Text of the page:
Finishing the PVC tubes reinforcing the vacuum cleaner adapters required fixtures on each end:
Because the tubes get epoxied into the adapters, there’s no particular need for a smooth surface finish and, in fact, some surface roughness makes for a good epoxy bond. The interior of a 3D printed adapter is nothing if not rough; the epoxy in between will be perfectly happy.
Turning the tubes started by just grabbing the conduit in the chuck and peeling the end that stuck out down to the finished diameter, because the conduit was thick-walled enough to let that work.
The remaining wall was so thin that the chuck would crunch it into a three-lobed shape, so the white ring in the chuck is a scrap of PVC pipe turned to fit the tube ID and provide enough reinforcement to keep the tube round.
The conduit ID isn’t a controlled dimension and was, in point of fact, not particularly round. It was, however, smooth, which counts for more than anything inside a tube carrying airborne fuzzy debris; polishing the interior of a lathe-bored pipe simply wasn’t going to happen.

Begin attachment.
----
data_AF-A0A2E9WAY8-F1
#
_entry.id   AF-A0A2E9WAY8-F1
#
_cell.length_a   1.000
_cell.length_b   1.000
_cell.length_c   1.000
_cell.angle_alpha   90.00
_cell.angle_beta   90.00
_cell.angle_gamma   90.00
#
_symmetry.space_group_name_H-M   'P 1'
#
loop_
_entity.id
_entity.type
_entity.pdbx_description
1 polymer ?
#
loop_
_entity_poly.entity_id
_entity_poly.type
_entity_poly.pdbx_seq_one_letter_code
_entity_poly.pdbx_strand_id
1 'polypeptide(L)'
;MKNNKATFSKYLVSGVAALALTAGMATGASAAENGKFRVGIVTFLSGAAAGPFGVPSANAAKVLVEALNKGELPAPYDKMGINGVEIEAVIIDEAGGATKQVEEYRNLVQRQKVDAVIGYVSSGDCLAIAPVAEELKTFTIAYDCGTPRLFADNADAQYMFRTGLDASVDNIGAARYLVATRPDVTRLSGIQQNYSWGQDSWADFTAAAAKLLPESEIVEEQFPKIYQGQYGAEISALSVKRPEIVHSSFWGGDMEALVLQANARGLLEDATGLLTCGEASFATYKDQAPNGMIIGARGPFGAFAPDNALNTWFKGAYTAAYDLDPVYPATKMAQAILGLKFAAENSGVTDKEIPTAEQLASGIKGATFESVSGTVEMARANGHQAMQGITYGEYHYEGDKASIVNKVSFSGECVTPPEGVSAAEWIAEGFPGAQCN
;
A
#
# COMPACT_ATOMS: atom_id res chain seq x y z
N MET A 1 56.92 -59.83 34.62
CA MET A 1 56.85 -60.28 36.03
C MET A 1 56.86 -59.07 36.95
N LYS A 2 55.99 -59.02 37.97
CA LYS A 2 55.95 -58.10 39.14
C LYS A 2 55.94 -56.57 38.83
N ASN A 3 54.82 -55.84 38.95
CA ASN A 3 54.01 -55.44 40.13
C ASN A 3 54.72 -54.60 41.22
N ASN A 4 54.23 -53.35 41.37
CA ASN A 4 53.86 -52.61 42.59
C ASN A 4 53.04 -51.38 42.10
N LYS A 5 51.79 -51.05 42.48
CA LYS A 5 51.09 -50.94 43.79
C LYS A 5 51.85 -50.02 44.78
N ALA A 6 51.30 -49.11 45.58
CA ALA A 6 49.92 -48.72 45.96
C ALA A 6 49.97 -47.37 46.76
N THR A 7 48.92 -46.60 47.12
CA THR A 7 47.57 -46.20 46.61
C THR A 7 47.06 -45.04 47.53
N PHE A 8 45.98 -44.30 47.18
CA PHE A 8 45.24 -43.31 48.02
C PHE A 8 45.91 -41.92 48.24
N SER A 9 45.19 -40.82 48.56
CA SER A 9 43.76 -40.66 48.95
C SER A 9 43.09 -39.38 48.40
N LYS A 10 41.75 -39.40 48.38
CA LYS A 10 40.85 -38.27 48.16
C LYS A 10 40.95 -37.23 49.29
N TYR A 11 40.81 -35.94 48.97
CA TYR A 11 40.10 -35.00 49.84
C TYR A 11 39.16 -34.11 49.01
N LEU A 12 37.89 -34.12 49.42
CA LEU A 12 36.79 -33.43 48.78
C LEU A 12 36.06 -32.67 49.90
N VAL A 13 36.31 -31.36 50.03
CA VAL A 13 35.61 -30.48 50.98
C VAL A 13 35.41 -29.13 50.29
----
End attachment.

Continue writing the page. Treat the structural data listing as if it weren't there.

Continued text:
The fixture on the other end started as a scrap of polycarbonate bandsawed into a disk with a hole center-drilled in the middle:
Stick it onto a disk turning fixture and sissy-cut the OD down a little smaller than the eventual tube OD:
Turn the end down to fit the tube ID, flip it around to center-drill the other side, stick it into the tube, and finally finish the job:
The nice layering effect along the tube probably comes from molding the conduit from recycled PVC with no particular concern for color matching.
A family portrait of the fixtures with a finished adapter:
A fine chunk of Quality Shop Time: solid modeling, 3D printing, mini-lathe turning, and even some coordinate drilling on the Sherline.